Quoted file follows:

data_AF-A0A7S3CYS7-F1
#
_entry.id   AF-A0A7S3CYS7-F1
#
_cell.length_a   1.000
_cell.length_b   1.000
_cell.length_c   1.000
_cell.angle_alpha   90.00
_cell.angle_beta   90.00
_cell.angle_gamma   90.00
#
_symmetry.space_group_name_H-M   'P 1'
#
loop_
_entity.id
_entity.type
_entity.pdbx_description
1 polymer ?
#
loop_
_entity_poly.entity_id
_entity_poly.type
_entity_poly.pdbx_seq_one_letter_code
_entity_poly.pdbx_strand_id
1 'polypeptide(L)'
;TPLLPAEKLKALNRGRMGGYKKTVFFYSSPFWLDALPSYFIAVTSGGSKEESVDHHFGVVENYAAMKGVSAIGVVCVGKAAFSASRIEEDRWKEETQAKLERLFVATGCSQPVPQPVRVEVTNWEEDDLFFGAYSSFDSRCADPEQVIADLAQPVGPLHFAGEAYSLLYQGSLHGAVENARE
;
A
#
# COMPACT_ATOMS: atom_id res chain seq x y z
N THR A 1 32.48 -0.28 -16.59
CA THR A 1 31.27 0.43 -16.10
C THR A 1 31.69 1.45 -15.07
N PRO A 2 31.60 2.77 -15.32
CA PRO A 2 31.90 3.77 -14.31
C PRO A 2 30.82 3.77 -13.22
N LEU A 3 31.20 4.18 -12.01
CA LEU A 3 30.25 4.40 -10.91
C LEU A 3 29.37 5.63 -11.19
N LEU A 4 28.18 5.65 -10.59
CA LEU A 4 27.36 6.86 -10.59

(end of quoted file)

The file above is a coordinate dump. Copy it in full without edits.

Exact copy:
data_AF-A0A7S3CYS7-F1
#
_entry.id   AF-A0A7S3CYS7-F1
#
_cell.length_a   1.000
_cell.length_b   1.000
_cell.length_c   1.000
_cell.angle_alpha   90.00
_cell.angle_beta   90.00
_cell.angle_gamma   90.00
#
_symmetry.space_group_name_H-M   'P 1'
#
loop_
_entity.id
_entity.type
_entity.pdbx_description
1 polymer ?
#
loop_
_entity_poly.entity_id
_entity_poly.type
_entity_poly.pdbx_seq_one_letter_code
_entity_poly.pdbx_strand_id
1 'polypeptide(L)'
;TPLLPAEKLKALNRGRMGGYKKTVFFYSSPFWLDALPSYFIAVTSGGSKEESVDHHFGVVENYAAMKGVSAIGVVCVGKAAFSASRIEEDRWKEETQAKLERLFVATGCSQPVPQPVRVEVTNWEEDDLFFGAYSSFDSRCADPEQVIADLAQPVGPLHFAGEAYSLLYQGSLHGAVENARE
;
A
#
# COMPACT_ATOMS: atom_id res chain seq x y z
N THR A 1 32.48 -0.28 -16.59
CA THR A 1 31.27 0.43 -16.10
C THR A 1 31.69 1.45 -15.07
N PRO A 2 31.60 2.77 -15.32
CA PRO A 2 31.90 3.77 -14.31
C PRO A 2 30.82 3.77 -13.22
N LEU A 3 31.20 4.18 -12.01
CA LEU A 3 30.25 4.40 -10.91
C LEU A 3 29.37 5.63 -11.19
N LEU A 4 28.18 5.65 -10.59
CA LEU A 4 27.36 6.86 -10.59